Eclipse CDT and shared libraries

I had some trouble getting Eclipse CDT (C/C++ Development Toolkit) to work across separate projects. My setup is Eclipse 3.3.1 with CDT 4.0.1 on Windows with the MinGW toolchain. I have two separate projects in Eclipse: One is a shared library and the other is an executable. The executable uses the shared library so naturally it needs to read the header files from the other project in order to sucessfully compile and link. It would also be nice if it was possible to use the Run As Local C/C++ Application feature without the need to copy the shared library file to the directory where the executable file is. I set out on a quest to find the answers.

The first thing you have to do is right-click on the executable project in the Project Explorer, and then go to Properties -> Project References. There you have to select the shared or static library project you want to link to. Then click OK. If you try to build the project it still won’t work because it cannot find the required files.

Let’s open the project properties window again, but this time go to C/C++ General -> Paths and symbols -> References. Make sure that you select the shared/static library under all your configurations. The standard setup contains the Debug and Release configurations which you can switch between with the dropdown list at the top of the window. To make sure that you always link against the Release version of the library when you build the Release version of your executable you can expand the library reference node and select Release instead of the default [Active] selection. The same thing goes for building against the Debug version of the library when you’re building the Debug version of the executable. Click Apply when you’re done.

You might think that everything should be good to go by now, but we have a bit more to do first. In the project properties window go to C/C++ Build -> Settings -> Tool settings -> MinGW C++ Linker -> Libraries. Click the document with the green plus sign (Add button) right next to where it says Libraries (-l). In the input box that appears you should type the name of the library without its file extension. If your library file is “useful.dll” or “” then you should only type “useful”. Don’t forget that you have to do this for both the Release and Debug configurations if you don’t want any nasty surprises later on. Click OK when you’re done.

At least now it should compile, but you would maybe like to run it from within Eclipse as well? First you have to create a so called run configuration for your executable. Right-click on the executable in the Project Explorer and go to Run As… -> Local C/C++ Application. This will actually launch the program, but it will also automatically create a run configuration for it. The program will terminate without any error messages because it couldn’t find the library file. On the top menu go to Run -> Open Run Dialog…, select the run configuration for your program (if it isn’t already selected, obviously) and go to the Environment tab. Click New…, name the new environment variable “Path” and give it the value “${env_var:Path};${workspace_loc:/useful/Debug}”. Substitute “useful” for the name of your shared library. This will modify the system environment “Path” variable by adding the full path to the library so that the executable will find it.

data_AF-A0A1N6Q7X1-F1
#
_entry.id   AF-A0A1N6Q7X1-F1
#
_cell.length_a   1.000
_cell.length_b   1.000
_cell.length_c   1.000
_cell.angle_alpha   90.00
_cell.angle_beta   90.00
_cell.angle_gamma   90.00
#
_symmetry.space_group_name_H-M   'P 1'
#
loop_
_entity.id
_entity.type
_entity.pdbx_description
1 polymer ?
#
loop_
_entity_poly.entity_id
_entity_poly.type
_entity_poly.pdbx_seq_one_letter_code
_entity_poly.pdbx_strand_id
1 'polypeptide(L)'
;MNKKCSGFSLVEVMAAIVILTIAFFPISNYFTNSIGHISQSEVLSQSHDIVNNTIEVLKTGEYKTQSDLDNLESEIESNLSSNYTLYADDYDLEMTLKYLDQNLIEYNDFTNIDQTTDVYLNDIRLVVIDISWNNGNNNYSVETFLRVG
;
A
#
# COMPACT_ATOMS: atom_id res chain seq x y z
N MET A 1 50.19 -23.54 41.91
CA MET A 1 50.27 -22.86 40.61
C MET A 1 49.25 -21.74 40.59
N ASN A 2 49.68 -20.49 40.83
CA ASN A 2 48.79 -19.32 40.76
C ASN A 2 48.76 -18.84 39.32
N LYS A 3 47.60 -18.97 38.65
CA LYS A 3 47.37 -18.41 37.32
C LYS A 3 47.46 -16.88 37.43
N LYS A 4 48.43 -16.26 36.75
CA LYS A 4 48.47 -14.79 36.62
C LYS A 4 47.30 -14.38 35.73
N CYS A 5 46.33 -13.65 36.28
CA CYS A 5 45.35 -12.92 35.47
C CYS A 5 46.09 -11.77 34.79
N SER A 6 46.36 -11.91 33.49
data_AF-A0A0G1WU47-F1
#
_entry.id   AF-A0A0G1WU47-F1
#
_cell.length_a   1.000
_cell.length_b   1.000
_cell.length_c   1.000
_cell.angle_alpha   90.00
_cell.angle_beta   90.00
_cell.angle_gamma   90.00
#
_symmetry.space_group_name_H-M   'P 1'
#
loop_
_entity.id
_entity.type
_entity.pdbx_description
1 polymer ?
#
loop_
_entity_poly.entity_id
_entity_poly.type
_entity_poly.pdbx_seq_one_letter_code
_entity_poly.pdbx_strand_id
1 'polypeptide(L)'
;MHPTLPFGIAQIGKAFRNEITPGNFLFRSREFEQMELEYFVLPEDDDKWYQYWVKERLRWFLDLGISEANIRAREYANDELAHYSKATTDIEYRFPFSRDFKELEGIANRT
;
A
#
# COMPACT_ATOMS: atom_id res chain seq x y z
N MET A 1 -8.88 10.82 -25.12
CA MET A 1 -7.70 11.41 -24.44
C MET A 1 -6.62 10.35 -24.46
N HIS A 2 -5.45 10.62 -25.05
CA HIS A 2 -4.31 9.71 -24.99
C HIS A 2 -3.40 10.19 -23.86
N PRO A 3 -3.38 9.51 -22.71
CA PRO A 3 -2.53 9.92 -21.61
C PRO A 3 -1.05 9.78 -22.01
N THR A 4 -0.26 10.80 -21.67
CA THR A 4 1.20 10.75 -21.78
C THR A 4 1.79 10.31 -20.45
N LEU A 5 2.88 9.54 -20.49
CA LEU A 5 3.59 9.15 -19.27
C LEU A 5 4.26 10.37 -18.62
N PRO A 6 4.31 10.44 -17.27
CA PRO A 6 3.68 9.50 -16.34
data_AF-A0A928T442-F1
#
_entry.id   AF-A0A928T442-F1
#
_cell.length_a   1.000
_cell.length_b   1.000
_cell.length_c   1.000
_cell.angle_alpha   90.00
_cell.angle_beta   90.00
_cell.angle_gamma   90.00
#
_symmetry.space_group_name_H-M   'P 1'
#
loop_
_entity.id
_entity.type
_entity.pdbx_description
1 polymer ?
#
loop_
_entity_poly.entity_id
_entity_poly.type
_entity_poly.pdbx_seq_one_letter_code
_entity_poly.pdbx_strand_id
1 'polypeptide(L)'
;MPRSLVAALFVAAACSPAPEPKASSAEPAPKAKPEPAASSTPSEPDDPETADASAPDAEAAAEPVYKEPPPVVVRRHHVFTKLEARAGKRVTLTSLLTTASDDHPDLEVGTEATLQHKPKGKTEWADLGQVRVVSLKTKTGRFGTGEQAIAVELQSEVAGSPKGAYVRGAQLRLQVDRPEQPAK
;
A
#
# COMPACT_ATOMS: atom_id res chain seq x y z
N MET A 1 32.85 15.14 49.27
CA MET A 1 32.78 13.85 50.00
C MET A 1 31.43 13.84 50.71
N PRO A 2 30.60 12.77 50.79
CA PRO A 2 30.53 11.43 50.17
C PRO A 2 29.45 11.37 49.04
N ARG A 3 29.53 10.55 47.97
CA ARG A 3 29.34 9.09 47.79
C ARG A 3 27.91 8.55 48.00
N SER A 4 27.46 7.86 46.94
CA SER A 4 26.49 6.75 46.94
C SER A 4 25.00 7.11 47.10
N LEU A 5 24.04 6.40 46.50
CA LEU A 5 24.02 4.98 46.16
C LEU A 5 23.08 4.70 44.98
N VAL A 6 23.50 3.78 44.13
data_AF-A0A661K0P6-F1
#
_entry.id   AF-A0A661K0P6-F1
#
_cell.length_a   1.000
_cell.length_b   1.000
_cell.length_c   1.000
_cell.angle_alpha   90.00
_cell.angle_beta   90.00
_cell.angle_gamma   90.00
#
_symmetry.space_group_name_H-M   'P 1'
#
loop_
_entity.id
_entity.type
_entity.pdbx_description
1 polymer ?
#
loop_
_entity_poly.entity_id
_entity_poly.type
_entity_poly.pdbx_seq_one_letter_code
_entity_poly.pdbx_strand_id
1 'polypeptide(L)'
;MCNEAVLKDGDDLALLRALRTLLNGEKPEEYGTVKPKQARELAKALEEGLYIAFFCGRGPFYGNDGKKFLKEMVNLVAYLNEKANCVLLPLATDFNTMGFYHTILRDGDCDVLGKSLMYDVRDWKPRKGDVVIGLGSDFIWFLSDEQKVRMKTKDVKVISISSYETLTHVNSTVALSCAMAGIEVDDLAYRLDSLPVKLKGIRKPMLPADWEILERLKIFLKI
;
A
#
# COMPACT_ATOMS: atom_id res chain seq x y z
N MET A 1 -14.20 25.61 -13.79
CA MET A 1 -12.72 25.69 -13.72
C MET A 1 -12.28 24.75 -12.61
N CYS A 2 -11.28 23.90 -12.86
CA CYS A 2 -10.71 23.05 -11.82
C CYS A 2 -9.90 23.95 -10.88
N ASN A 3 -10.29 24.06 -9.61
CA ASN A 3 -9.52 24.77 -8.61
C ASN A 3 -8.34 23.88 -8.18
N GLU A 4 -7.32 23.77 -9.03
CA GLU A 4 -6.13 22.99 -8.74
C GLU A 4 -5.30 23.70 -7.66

If you want to use the Release version of the library then just substitute “Debug” from the environment value with “Release”. Unfortunately I haven’t found a way to detect which build configuration is active so you have to manually change this value if you switch between Debug and Release. An alternative is to create a separate run configuration for Debug and Release. This can easily be done by right-clicking on the run configuration and clicking Duplicate.

NOTE: This post has been imported from my old it’s learning ePortfolio blog.

Progress report for week 35

The DECS project was started on 2007-08-27 as a computer engineering project at the University of Stavanger, Norway. The final report must be delivered by 2007-12-14.

During the last week I have registered DECS as a project on Google Code which provides version control by Subversion, a simple wiki, issue tracking and a release management system. I’ve worked on setting up my C/C++ development environment by installing Eclipse with CDT (C/C++ Development Toolkit) plus MinGW and MSYS for the tool chain (compiler, linker, make, gdb, etc.). I’ve made a draft of the system architecture with MS Visio 2007 and a project plan with MS Project 2007. I also made a draft of the report structure as well as rereading Donald Knuth’s Dancing Links paper.

NOTE: This post has been imported from my old it’s learning ePortfolio DECS blog.